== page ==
The inevitable trade-off in conducting such a broad investigation is that the “pen portraits” that contextualise country cases are necessarily simplified. For example, while Nigel Farage was a central actor in the Brexit campaign, and the leave campaigns did employ securitising frames toward migration through the breaking point poster and the oft-repeated yet misleading claim that Turkey was soon to join the EU (Morris, 2019), securitisation was not the only frame used. In a similar move to the EU’s dual security/humanitarian framing of the ‘migration crisis’ (Squire et al., 2021; Vaughan-Williams, 2021), a contrasting fairness frame was deployed by the official Vote Leave campaign, who were targeting voters turned off by Leave.EU’s openly hostile approach to immigration (Shipman, 2016). Vote Leave argued that a points-based immigration system would be “fairer, more humane, and better for the economy” (Vote Leave, 2016a) and would “stop discriminating on the basis of where you come from” (Vote Leave, 2016b). These contextual nuances could help in gaining a deeper understanding in how focus group participants construct their vernaculars.
These issues do not, however, compromise the vernacular approach Vaughan-Williams has developed. On the contrary, I suggest they should be taken as invitations to conduct more in-depth studies into each of the countries under analysis as well as countries outwith Europe (as Bubandt’s original intention was to challenge Eurocentric understandings of security), and build on the vital work that has been started here. Vernacular Border Security is arguably the most conceptually and empirically ambitious contribution to the recent vernacular turn in critical security studies to date. It is not only an accomplished piece of research which should be of immense value to policymakers, but an agenda setting piece for critical border, security, and citizenship studies.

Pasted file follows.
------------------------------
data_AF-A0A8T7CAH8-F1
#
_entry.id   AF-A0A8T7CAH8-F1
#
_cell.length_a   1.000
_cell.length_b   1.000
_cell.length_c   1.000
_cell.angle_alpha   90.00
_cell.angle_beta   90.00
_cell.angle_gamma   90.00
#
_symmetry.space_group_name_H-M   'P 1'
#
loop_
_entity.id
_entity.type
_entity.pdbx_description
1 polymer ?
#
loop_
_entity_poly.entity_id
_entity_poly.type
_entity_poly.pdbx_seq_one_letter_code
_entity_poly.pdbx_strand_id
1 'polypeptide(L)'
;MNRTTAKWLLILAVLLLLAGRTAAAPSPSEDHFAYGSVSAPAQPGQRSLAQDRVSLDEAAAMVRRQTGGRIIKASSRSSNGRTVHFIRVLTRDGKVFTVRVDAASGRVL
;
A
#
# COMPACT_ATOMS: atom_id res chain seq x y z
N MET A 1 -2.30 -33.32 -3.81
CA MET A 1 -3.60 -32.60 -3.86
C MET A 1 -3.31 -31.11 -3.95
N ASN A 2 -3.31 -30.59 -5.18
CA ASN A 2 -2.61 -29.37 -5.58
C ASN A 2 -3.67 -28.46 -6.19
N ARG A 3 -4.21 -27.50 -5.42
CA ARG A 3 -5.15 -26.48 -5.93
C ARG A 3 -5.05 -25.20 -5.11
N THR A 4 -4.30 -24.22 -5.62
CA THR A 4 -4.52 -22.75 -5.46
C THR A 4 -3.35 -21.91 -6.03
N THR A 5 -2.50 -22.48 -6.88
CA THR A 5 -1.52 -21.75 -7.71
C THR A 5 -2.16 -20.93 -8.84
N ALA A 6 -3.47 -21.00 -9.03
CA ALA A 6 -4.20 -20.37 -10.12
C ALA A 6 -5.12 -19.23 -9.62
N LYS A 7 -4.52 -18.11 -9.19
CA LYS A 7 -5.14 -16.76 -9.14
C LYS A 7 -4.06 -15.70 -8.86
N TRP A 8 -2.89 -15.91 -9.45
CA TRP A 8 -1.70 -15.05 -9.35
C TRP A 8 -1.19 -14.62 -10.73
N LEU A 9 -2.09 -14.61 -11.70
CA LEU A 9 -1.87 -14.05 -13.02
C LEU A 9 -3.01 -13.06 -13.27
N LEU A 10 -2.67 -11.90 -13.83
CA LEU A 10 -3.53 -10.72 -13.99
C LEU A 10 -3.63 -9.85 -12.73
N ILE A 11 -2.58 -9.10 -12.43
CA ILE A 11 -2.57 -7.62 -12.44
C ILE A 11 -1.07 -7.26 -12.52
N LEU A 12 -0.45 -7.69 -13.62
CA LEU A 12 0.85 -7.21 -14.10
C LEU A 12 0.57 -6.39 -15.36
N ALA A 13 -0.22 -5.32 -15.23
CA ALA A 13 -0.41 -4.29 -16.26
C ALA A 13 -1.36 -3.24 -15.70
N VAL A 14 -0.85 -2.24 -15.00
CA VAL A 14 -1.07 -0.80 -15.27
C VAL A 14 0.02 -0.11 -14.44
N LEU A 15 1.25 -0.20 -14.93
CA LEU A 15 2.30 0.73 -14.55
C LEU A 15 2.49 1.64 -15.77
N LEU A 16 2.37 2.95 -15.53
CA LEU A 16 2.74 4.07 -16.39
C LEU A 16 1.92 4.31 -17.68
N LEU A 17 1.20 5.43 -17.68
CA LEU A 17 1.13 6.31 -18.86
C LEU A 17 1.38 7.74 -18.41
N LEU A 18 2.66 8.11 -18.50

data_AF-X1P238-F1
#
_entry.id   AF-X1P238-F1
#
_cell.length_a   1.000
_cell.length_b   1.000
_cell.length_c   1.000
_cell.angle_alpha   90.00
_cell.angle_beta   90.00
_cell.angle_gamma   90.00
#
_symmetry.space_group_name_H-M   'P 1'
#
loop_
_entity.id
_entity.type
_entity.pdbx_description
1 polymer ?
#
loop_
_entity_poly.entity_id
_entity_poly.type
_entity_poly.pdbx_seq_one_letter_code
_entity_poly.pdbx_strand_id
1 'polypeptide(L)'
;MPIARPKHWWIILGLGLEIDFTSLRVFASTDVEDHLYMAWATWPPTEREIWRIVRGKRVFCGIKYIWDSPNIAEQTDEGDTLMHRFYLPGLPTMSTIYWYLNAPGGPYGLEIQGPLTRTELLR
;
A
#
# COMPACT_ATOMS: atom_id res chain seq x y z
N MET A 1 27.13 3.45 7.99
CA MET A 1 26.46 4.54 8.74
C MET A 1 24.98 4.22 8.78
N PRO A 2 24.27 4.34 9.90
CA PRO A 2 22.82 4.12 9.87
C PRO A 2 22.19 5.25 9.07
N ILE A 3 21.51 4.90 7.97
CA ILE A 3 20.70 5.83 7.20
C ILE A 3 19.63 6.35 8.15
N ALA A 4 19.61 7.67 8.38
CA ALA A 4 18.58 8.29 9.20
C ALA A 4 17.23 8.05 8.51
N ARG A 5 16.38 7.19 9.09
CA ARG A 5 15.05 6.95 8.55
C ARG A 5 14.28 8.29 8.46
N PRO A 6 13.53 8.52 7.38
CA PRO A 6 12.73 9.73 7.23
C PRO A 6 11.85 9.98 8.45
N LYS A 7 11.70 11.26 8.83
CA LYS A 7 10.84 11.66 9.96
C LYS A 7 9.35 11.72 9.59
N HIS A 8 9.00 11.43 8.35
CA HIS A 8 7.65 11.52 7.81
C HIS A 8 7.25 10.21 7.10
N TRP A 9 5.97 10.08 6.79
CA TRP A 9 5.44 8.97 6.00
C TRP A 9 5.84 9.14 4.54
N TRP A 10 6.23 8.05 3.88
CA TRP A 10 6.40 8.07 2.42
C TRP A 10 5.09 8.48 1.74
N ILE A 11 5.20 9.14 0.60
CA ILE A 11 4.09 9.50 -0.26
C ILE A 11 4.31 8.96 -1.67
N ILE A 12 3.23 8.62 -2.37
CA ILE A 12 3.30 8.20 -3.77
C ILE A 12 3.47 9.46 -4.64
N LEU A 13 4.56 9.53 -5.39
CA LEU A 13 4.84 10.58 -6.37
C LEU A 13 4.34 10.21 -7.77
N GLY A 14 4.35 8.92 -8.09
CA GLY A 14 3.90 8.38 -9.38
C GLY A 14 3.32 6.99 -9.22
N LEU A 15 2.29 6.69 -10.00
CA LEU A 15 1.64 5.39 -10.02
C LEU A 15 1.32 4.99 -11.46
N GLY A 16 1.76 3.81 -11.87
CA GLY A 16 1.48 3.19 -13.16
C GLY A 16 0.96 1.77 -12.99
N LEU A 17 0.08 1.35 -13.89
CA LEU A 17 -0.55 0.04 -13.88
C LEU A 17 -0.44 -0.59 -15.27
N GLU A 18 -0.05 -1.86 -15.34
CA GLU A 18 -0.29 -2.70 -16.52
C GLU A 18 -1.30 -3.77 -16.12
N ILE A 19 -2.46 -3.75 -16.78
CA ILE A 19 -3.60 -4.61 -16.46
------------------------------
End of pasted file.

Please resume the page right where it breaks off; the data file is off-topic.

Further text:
Brown W (2010) Walled states, waning sovereignty. New York: Zone.
Bubandt N (2005) Vernacular Security: The Politics of Feeling Safe in Global, National and Local Worlds. Security Dialogue 36(3): 275–296.
Croft S and Vaughan-Williams N (2017) Fit for purpose? Fitting ontological security studies ‘into’ the discipline of International Relations: Towards a vernacular turn. Cooperation and Conflict 52(1): 12–30.
Davies B and Harré R (1990) Positioning: The Discursive Production of Selves. Journal for the Theory of Social Behaviour 20(1): 43–63.
Giddens A (1991) Modernity and self-identity: Self and society in the late modern age.
Gillespie M, Gow J, Hoskins A, et al. (2010) Shifting Securities: News Cultures, Multicultural Society and Legitimacy. Ethnopolitics 9(2): 239–253.
Gillespie M and O’Loughlin B (2009) News media, threats and insecurities: An ethnographic approach. Cambridge Review of International Affairs 22(4): 667–685.
Jarvis L (2019) Toward a Vernacular Security Studies: Origins, Interlocutors, Contributions, and Challenges. International Studies Review 21(1): 107–126.
Jarvis L and Lister M (2013) Vernacular Securities and Their Study: A Qualitative Analysis and Research Agenda. International Relations 27(2): 158–179.
Kristeva J (1991) Strangers to ourselves. New York: Columbia Univ. Press.
Laing RD (2010 ) The divided self: An existential study in sanity and madness. London: Penguin.
Löfflmann G and Vaughan-Williams N (2018) Vernacular imaginaries of European border security among citizens: From walls to information management. European Journal of International Security 3(03): 382–400.
Morris C (2019) Did Boris Johnson talk Turkey during referendum campaign? BBC News, 2019.
Rancière J (2004) Disagreement: Politics and philosophy. Minneapolis: Univ. of Minnesota Press.
Rumford C (2013) Towards a Vernacularized Border Studies: The Case of Citizen Borderwork. Journal of Borderlands Studies 28(2): 169–180.
Shipman T (2016) All out war: Brexit and the sinking of Britain’s political class. London: William Collins.
Squire V, Perkowski N, Stevens D, et al. (2021) Reclaiming migration: Voices from Europe’s ‘migrant crisis’. Manchester: Manchester University Press.
Vaughan-Williams N (2021) Vernacular border security: Citizens’ narratives of Europe’s ‘migration crisis’. New York NY: Oxford University Press.
Vaughan-Williams N and Stevens D (2016) Vernacular theories of everyday (in)security: The disruptive potential of non-elite knowledge. Security Dialogue 47(1): 40–58.
Vote Leave (2016a) Restoring public trust in immigration policy: a points-based non-discriminatory immigration system. Available at: http://www.voteleavetakecontrol.org/restoring_public_trust_in_immigration_policy_a_points_based_non_discriminatory_immigration_system.html (accessed 29 July 2021).
Vote Leave (2016b) The only way to take back control of immigration is to Vote Leave on 23 June. Available at: http://www.voteleavetakecontrol.org/boris_johnson_the_only_way_to_take_back_control_of_immigration_is_to_vote_leave_on_23_june.html (accessed 9 December 2021).